TORKELSON'S COMP.-- $168,641
Salary -- $137,937; Benefits -- $30,704
(2nd highest paid of state's 424 administrators)
ACT AND DPI SCORES -- 16.6 & 61.9
(Lowest of 21 Northern WI schools)
MERCER $25,281
Wisconsin $12,842

National $10,667

Monday, July 10, 2017

Another School Tax Increase
The groundwork was further laid at the June Mercer School Board meeting for another school tax increase.  This one could cost property owners possibly as much as a 10% increase in school taxes.  It would not be a one-time hit, but could remain on tax bills for as much as 20 years.  And it could be done without taxpayer approval. (See MSF Mercer Taxpayer Alert 6/19/17)
The increase would result from a $2,432,000 to $2,673,200 improvement program to the school building, which Administrator Erik Torkelson has deemed as “critical.”  An “option” for additional improvements could add another $650,000 to the total costs.  
At the May School Board meeting, representatives of McKinstry Co., an engineering and consulting firm hired by the school to perform an audit of the physical plant, presented a preliminary report.  At the June meeting, McKinstry representatives detailed what they said were the needed repairs: roof replacement (part of the roof was replaced two years ago with a $300,000 loan which is costing taxpayers $126,671 in finance charges), lighting and electrical improvements, mechanical upgrades, including a new boiler, and window and door replacements.
A McKinstry representative seemed to outstep his bounds when he said he wanted to dispel the myth that closing the school would save the taxpayers money.  In his comments, which were probably aided by coaching, he said that by sending the students elsewhere “your taxes are going way up and transportation is going to kill you”.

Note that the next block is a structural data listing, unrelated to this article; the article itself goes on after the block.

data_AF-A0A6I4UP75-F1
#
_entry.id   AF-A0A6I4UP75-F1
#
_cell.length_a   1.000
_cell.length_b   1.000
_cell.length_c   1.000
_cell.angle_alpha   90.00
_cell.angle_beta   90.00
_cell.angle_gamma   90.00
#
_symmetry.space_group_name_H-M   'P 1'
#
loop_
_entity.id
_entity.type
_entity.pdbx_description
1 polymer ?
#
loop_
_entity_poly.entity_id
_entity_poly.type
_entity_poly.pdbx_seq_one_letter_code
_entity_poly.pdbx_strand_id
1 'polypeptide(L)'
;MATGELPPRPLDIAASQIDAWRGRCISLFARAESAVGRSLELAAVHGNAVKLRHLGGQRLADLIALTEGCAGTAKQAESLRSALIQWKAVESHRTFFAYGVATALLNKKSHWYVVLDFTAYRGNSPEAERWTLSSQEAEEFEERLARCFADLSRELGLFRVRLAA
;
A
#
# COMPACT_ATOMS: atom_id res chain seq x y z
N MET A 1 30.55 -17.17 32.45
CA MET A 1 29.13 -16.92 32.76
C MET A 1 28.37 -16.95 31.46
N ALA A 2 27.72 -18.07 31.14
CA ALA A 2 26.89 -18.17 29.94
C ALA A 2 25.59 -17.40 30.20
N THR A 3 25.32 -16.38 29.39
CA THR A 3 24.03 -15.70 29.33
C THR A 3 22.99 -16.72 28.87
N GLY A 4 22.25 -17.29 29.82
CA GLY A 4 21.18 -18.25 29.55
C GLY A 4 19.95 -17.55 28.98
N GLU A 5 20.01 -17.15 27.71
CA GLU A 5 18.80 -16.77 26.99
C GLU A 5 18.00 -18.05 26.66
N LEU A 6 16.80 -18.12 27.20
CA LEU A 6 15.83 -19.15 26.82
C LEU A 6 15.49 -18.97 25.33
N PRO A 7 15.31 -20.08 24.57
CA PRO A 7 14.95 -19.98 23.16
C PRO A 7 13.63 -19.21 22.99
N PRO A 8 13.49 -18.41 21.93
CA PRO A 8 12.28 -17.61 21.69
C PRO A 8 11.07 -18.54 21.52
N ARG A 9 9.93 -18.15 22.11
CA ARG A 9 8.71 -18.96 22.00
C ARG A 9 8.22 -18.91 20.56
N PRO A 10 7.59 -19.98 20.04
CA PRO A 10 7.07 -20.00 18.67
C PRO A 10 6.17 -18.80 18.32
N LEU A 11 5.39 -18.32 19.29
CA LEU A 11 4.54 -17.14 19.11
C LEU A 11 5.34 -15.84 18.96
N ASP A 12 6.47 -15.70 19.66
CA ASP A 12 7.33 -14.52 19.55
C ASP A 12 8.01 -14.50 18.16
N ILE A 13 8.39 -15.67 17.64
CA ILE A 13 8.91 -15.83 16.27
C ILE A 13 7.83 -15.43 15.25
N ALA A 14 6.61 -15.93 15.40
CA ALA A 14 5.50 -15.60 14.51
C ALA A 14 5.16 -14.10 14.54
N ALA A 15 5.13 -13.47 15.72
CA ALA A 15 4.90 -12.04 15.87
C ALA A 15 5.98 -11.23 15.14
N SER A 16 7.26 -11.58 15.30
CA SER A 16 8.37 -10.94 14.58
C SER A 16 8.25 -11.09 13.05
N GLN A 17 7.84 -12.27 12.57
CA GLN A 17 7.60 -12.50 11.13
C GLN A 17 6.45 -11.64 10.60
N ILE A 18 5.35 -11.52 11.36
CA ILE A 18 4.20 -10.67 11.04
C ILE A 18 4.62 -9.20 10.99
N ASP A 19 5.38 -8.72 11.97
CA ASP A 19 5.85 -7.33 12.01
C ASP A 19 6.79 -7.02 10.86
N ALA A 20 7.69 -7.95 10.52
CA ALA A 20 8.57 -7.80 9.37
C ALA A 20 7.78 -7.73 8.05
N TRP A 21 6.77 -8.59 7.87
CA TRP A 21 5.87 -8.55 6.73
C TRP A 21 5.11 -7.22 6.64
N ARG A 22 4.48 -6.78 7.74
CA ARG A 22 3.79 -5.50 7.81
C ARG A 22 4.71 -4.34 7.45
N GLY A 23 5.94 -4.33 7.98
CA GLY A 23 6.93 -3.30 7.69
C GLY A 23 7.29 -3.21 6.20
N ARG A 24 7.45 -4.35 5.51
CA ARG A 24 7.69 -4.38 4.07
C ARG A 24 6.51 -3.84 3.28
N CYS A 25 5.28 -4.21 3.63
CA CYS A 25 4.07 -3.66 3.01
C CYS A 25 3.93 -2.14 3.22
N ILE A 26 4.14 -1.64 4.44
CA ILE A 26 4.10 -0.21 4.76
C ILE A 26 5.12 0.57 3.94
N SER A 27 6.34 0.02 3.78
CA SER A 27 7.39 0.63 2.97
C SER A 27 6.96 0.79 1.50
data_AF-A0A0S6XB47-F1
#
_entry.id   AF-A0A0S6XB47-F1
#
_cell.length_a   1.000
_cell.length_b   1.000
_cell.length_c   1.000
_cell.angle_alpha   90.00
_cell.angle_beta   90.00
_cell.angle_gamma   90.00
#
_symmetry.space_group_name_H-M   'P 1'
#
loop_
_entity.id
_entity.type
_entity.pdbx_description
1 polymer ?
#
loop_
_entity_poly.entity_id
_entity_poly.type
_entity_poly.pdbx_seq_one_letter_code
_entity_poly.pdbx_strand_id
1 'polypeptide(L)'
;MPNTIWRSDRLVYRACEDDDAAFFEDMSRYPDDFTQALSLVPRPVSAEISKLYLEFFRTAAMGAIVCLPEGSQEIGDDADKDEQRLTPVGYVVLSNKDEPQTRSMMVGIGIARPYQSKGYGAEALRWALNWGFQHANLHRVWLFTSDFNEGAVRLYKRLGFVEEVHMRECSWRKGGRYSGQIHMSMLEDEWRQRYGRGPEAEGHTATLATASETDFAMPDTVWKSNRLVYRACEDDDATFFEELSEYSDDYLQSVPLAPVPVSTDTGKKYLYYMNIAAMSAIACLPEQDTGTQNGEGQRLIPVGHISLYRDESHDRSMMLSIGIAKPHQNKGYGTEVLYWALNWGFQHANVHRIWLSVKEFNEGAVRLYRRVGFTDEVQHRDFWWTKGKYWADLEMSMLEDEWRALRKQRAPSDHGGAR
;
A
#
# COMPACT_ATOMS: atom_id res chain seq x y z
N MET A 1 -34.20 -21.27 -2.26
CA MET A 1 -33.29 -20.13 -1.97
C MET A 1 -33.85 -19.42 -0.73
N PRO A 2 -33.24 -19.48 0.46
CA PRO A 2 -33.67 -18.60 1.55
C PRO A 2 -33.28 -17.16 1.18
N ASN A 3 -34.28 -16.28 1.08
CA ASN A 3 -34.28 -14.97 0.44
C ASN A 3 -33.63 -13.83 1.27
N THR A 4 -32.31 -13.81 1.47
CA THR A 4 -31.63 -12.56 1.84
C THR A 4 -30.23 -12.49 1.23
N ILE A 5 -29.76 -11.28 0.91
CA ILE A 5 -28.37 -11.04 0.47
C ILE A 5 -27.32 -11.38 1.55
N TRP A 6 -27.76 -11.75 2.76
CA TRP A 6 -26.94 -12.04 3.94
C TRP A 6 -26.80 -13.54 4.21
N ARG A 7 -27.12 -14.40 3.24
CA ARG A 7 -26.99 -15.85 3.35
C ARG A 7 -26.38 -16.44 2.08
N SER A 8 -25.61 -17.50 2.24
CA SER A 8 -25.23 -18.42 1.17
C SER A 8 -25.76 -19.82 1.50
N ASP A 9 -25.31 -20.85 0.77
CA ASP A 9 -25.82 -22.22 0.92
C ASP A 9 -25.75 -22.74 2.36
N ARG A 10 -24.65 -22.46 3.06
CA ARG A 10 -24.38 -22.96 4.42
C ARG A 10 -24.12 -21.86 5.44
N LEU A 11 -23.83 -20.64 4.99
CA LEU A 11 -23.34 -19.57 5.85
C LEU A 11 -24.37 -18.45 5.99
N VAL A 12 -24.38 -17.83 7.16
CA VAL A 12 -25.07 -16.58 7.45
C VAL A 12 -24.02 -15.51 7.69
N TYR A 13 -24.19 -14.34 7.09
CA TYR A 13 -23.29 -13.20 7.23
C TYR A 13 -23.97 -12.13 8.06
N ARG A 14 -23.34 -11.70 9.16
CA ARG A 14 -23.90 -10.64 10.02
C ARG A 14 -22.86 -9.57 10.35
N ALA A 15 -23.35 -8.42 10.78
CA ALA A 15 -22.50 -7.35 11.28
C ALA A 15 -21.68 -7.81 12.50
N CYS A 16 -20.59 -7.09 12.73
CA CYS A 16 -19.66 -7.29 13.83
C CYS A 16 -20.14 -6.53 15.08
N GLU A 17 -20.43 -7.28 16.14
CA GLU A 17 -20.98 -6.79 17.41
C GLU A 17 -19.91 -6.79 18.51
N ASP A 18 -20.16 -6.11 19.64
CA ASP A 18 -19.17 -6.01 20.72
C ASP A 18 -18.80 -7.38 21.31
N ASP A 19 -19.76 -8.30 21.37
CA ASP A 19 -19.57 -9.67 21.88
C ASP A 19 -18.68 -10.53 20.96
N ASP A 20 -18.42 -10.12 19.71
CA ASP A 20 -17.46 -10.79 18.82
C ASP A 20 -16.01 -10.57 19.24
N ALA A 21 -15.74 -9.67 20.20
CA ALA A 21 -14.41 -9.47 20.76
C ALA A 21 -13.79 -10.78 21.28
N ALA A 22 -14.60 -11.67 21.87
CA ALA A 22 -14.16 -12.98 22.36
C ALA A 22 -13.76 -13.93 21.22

Apparently without the benefit of any creditable study, he also said that without a school the value of Mercer houses may drop. “That’s very factual, very obvious, that’s the hard reality,” he added.  Of course, McKinstry would like the Mercer school improvement program business.
There are many pros and cons for closing the school. This is not the first time the issue has been raised as to the questionable quality of education the students receive vs.  the cost of operating a K12 school with only 134 students.
But another school tax increase?
Mercer taxpayers are still smarting from a punishing 2013 $650,000 tax increase referendum which was misrepresented to them when told it would cost a meager $11 per $100,000 assessed property valuation but actually cost $137.   This resulted in a whopping 37 % increase in school taxes.  And the referendum is forever, not for just a limited number of years, which is usually the case with tax increase referendums.
But what are the options to another school tax increase?  MSF invites readers to submit their suggestions in the comment section following this blog.  Suitable suggestions will be incorporated into a future blog.  No foul language or name calling, please.


Anonymous said...

Home values in Mercer could only rise with the closing of the eyesore that is Mercer School. Property taxes are already way too high for run down Mercer. Closing the school thus lowering taxes would only make homes in Mercer more desirable. The school age population of Mercer even including those who escaped thru open enrollment does not warrant a separate school. Take a clue from Manitowish Waters ditch the money put in what you call a school. Invest the money on town amenities to attract homebuyers and tourists. After all even Torky does not want to live here even while he sucks the taxpayers dry.

Anonymous said...

McKinstry is going to say and do anything to get business! You people in Mercer deserve what you get for just sitting there and not speaking up! What on earth does it take to wake you up from your coma???